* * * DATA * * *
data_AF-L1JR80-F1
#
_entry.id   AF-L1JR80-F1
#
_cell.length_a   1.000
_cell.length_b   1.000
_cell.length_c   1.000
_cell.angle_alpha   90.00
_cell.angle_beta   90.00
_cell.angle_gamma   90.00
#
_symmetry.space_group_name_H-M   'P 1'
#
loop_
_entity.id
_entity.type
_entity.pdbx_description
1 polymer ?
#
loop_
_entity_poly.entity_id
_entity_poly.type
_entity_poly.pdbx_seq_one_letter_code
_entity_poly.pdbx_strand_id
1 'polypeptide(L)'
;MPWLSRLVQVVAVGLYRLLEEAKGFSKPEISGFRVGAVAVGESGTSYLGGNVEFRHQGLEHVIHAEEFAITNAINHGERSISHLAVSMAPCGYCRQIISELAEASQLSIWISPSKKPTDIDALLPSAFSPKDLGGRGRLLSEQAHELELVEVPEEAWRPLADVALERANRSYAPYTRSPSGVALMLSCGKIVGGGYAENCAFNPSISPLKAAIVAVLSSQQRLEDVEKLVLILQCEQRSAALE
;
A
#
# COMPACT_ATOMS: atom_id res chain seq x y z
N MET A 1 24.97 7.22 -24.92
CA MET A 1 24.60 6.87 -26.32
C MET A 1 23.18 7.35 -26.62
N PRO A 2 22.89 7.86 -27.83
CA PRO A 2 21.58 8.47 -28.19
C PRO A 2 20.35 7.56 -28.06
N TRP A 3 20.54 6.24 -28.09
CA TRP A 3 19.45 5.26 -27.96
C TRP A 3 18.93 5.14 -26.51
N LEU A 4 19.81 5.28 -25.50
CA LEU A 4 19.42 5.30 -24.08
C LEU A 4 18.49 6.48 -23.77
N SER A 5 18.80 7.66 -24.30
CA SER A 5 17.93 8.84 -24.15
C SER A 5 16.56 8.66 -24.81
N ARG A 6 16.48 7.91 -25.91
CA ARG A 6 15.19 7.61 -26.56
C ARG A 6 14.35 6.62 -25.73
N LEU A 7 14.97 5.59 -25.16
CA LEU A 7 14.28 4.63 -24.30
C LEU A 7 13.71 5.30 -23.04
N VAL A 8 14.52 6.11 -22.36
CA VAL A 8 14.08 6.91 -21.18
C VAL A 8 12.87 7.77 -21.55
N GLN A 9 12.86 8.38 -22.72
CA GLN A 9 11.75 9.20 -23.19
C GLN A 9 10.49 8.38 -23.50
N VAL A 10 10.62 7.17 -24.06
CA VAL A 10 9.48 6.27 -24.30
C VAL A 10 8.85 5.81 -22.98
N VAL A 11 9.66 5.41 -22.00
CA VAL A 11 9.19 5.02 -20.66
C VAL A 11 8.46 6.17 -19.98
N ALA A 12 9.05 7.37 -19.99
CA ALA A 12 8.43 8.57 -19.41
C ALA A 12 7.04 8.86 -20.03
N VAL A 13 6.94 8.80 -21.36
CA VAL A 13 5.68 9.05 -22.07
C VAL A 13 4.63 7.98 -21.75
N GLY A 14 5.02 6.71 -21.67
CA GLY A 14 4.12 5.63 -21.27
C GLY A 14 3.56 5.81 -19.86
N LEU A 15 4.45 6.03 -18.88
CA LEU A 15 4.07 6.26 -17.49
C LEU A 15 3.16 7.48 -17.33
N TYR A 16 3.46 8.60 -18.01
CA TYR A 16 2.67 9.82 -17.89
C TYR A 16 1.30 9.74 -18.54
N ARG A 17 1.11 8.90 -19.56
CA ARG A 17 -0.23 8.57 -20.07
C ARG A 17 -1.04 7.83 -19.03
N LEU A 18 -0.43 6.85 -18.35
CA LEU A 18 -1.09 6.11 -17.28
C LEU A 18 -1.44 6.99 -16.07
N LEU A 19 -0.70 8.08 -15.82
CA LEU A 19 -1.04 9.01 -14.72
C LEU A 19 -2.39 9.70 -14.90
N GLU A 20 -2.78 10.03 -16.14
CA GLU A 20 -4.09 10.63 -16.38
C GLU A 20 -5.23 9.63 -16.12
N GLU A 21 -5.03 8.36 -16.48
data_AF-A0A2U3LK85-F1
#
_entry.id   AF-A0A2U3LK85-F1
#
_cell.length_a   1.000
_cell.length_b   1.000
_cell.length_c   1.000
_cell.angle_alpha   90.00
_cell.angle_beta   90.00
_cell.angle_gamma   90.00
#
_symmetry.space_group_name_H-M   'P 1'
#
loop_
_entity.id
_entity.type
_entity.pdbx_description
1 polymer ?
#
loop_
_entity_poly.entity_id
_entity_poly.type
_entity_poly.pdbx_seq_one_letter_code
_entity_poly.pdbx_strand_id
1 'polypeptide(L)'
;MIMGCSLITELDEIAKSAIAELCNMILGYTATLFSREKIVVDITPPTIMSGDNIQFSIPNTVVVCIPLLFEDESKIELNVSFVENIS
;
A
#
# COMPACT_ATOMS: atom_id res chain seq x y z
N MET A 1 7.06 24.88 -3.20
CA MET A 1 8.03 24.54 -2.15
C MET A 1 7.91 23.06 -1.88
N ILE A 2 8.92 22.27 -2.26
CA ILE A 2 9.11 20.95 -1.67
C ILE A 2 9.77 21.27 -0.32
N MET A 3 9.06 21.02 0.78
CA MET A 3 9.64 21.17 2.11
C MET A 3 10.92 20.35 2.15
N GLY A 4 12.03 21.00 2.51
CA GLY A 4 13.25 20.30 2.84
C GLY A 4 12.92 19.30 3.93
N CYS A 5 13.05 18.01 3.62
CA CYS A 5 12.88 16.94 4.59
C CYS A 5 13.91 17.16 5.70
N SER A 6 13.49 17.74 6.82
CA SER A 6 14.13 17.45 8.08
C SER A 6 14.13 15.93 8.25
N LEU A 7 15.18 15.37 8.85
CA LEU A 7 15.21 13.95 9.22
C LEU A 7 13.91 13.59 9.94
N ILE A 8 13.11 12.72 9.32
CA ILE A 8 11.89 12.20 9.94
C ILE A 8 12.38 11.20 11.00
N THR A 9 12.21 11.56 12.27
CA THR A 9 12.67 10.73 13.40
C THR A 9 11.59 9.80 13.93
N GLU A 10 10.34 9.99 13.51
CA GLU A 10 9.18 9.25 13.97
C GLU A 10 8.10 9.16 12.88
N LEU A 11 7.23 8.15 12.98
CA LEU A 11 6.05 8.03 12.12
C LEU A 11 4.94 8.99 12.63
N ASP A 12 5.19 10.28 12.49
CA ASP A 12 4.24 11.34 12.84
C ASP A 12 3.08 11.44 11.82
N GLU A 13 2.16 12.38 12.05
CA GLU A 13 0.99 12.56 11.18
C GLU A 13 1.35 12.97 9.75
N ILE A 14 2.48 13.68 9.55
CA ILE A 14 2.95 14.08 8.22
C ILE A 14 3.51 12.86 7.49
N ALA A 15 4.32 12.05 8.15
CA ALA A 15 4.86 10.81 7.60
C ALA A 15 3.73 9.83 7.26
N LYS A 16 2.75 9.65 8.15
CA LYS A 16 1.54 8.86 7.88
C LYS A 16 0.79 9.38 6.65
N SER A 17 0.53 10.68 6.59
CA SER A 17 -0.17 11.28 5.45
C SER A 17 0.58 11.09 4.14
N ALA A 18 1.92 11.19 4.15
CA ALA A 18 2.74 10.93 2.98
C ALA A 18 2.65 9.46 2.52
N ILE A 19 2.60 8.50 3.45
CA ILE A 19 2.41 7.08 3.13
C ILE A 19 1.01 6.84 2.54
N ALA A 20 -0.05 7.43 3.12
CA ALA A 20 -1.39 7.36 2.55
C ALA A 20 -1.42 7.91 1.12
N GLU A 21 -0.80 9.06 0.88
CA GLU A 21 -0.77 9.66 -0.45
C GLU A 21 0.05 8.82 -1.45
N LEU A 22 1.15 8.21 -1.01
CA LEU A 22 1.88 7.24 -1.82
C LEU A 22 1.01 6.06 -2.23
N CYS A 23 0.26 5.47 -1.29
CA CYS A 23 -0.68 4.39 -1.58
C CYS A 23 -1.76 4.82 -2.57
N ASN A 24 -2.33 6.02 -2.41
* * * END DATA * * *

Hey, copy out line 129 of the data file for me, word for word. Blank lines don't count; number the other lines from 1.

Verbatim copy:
CA MET A 3 9.64 21.17 2.11